Vaccination is not the only, but the best solution to controlling infectious diseases [30]. However, while most people vaccinate according to the recommended schedule, the success is being challenged by individuals and groups who choose to delay or refuse vaccines [31]. Vaccine hesitancy is believed to be responsible for decreasing vaccine coverage and an increased risk of vaccine-preventable disease outbreaks and epidemics [32]. Ethiopia has been exerting enormous efforts to eliminate malaria by 2030. The country is working to eliminate the disease in 565 selected malaria-prone woreda [11]. The innovation of the malaria vaccine will have a significant effect on the malaria elimination strategy. Understanding communities’ willingness to receive a malaria vaccine and the main factors influencing their willingness towards it will help to develop and implement effective means of promoting malaria vaccine uptake and to facilitate the recent malaria elimination programme in the country.

In this study, 131 (32.3%) of respondents were willing to vaccinate their child for malaria in the future when the vaccine was available. The finding of this study was lower than a study done in Abuja Nigeria (98%), Calabar Nigeria (53%), Ibadan Nigeria (87%), Tanzania (94.5%), Kenya (88%), and the rural community of Nigeria (91.6%) [24,25,26,27,28,29]. he difference may be due to differences in sociodemographic features of study respondents, time of the study, sample size, and study design.

The malaria vaccine is an innovative health intervention in Ethiopia [33]. PATH MVI stated that experience has shown that the development of an innovative health intervention does not necessarily mean that it will be adopted, delivered, accepted, and used immediately in a way that will make a significant impact on people’s health. There are several, interrelated technical, individual, political, financial, and social issues that influence the adoption and implementation of new health interventions. Late attention to these issues is likely to result in a delayed policy decision regarding a health technology or in a decision being taken without enough information to support it and facilitate its use [16].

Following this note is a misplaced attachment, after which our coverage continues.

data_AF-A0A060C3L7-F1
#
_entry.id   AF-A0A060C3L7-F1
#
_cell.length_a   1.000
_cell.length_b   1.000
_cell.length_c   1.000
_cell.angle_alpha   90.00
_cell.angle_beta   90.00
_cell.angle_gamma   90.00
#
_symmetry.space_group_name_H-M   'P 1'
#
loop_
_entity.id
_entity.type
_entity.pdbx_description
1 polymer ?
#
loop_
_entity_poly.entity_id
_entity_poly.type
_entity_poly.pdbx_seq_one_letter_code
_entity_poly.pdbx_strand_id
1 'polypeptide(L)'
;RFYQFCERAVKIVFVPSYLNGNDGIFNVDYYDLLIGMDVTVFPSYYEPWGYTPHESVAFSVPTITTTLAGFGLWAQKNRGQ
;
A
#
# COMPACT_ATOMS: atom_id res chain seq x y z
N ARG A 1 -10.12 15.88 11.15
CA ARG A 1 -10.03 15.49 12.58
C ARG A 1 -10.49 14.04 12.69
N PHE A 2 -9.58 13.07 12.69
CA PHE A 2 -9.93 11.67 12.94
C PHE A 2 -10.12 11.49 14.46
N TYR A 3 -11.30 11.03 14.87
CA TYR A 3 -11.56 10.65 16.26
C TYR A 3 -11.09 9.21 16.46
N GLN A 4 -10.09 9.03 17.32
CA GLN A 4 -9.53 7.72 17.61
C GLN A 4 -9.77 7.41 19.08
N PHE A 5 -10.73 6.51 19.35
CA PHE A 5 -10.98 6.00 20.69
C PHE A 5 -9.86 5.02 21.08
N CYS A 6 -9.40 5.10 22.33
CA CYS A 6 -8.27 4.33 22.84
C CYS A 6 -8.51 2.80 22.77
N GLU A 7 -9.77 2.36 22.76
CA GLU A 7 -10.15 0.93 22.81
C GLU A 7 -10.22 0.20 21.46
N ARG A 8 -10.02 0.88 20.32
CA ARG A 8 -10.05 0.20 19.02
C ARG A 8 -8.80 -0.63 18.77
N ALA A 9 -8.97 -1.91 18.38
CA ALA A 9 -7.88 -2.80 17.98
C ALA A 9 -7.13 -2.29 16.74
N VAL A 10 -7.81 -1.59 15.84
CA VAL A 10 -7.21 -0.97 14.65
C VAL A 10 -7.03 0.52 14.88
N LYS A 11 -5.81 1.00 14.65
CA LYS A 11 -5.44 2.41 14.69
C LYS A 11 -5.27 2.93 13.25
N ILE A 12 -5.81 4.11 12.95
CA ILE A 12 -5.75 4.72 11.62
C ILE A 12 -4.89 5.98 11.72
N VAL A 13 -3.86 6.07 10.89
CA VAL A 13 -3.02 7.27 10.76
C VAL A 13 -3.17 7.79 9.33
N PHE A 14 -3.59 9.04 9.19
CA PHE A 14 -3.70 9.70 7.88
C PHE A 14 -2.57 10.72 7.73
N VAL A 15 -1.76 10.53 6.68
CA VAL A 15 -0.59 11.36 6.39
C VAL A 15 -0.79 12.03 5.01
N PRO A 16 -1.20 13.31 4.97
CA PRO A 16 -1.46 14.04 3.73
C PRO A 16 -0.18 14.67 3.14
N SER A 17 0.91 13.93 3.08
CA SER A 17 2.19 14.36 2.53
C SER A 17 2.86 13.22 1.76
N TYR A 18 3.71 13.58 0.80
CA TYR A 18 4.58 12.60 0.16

The main causes of hesitancy to vaccinate their child towards malaria vaccine were; the vaccine may paralyzed the child if not given orally, expensiveness of the vaccine, refusal of partners. The finding was consistent with a study done in Ibadan, Nigeria [26]. Respondents in this study requested that the vaccine be given free, suggesting that they might not be able to afford the costs or that they are not willing to pay for the vaccine. This could have been borne out of the fact that vaccines for child immunization in the country are currently free. However, findings of research conducted in Ethiopia [22], 60.6% of caregivers of under-five children were willing to pay for the childhood malaria vaccine for US$ 23.11 per full dose.

In this study, caregivers’ marital status, knowledge, and previous experience with childhood vaccination were found to be significantly associated with willingness to accept malaria vaccine at p < 0.05.

Caregivers of the child under the age of five who were married were 1.2 times more likely to have willingness to vaccinate their child compared to unmarried caregivers. The finding was consistent with a study done in Nigeria, India, Kenya and Japan [34,35,36,37]. This may be due to single mothers lack time for child healthcare [37]. To solve this problem, improvement in the working conditions among single mothers is needed. Furthermore, for example, simplification of vaccination systems, institutionalization of paid leave for child healthcare, and vaccination programmes at the mother’s workplace can facilitate access to child vaccination for single mothers who are busy with both home and work.

Caregivers of the child under the age of five who had good knowledge about the malaria vaccine were three times more likely to have willingness to vaccinate their child compared to those who had poor knowledge about the vaccine. The finding was consistent with a study done in Calabar Nigeria, Tanzania, and Kenya [25, 27, and 36]. This is because the effectiveness of vaccines relies on both clinical efficacy and a community’s knowledge [38]. During vaccine promotion, lack of community support due to poor knowledge and perceptions resulted in poor community uptake while others reject vaccines [39]. Therefore, health education and communication from government sources are very crucial methods to alleviate the poor knowledge about malaria vaccine.

Caregivers of the child under the age of five who had previous experience with childhood vaccination were 2.7 times more likely to have willingness to vaccinate their child compared to those who had no previous experience. The finding was consistent with a study done in Ibadan Nigeria, Ethiopia, and Vietnam [22, 26, and 40]. The possible reasons might be that caregivers who had previous experience might have adequate information about the advantage and side effect of the vaccine to prevent vaccine preventable diseases. Therefore, understanding which factors are consistently associated with the decision to vaccinate one’s child is important to identify messages, which should be targeted by public health communications about routine child vaccinations.

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